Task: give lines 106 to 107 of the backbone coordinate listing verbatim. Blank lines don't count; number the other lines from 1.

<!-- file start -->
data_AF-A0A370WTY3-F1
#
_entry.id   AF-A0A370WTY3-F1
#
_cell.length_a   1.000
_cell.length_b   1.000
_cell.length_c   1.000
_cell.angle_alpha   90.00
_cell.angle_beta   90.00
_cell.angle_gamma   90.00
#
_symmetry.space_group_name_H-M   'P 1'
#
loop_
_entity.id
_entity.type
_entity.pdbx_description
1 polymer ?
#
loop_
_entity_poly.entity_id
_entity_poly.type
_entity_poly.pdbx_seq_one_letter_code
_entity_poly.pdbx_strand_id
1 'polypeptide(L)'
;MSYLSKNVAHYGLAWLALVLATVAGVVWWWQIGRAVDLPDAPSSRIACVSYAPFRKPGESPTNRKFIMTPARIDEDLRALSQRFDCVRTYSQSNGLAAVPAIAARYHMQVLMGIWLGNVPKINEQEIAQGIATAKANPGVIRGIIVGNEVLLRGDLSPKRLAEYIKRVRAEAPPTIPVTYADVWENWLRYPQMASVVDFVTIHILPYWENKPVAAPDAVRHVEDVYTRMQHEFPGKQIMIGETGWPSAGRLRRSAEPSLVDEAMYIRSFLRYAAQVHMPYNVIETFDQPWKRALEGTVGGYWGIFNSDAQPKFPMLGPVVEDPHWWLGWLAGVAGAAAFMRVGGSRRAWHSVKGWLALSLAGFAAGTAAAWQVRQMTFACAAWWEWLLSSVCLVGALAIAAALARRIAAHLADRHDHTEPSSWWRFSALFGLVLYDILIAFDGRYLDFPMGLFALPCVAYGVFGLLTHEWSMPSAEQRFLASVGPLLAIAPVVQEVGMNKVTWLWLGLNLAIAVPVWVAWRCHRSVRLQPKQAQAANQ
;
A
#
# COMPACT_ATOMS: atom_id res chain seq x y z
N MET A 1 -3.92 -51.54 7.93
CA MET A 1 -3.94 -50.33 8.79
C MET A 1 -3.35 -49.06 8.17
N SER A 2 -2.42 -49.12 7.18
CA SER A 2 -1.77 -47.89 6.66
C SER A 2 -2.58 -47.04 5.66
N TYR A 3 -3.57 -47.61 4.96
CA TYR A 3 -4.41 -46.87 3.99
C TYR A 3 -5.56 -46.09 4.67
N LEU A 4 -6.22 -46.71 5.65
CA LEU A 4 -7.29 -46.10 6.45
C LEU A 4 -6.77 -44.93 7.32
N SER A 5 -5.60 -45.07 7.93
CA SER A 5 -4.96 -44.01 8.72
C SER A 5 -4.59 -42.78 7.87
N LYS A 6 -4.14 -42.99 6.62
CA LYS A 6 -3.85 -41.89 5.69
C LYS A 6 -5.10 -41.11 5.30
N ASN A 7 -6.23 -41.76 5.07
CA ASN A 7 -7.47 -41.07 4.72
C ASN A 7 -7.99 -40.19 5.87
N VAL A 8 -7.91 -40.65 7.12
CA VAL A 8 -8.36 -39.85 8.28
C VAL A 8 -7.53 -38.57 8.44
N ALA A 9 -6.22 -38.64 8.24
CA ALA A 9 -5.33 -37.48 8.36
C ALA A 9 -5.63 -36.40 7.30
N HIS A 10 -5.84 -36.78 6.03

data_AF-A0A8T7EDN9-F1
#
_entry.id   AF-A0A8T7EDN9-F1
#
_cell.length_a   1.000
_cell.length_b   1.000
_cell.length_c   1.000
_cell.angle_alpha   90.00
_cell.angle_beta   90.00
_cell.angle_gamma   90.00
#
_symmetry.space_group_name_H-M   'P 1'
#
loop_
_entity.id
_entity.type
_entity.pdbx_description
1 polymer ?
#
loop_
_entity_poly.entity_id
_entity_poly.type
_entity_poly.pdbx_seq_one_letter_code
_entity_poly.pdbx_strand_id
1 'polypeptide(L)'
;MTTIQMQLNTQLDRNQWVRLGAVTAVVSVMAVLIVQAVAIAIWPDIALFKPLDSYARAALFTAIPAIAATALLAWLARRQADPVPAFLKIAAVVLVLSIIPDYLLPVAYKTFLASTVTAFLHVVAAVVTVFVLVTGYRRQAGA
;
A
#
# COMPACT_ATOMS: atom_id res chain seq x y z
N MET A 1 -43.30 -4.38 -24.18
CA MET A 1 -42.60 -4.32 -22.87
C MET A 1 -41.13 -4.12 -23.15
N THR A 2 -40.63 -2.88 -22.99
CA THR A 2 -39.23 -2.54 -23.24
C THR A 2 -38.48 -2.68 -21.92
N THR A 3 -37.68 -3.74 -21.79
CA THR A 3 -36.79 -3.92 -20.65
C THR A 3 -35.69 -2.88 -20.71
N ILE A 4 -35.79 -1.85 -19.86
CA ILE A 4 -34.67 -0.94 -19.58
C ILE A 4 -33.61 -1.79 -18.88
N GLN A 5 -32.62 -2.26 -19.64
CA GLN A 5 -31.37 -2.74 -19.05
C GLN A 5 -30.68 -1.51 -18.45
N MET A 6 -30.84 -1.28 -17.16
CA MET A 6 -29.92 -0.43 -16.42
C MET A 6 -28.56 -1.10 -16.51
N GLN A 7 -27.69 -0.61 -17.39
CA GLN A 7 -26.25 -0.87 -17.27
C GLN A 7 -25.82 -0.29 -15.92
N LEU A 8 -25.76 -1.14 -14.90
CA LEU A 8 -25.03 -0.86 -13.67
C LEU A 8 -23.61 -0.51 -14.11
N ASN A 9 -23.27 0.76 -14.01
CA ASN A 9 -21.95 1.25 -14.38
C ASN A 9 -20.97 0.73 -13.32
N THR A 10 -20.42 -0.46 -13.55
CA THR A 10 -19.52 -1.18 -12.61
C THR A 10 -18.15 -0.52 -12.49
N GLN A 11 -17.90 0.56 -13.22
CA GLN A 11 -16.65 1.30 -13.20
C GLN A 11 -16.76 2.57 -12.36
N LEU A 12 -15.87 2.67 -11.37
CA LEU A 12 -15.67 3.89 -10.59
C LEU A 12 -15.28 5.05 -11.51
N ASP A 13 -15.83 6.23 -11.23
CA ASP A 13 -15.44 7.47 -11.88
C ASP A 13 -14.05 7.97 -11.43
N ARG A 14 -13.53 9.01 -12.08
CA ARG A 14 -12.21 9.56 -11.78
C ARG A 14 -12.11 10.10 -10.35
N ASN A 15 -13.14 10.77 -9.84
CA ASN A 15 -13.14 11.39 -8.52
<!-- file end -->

C MET A 6 -28.56 -1.10 -16.51
N GLN A 7 -27.69 -0.61 -17.39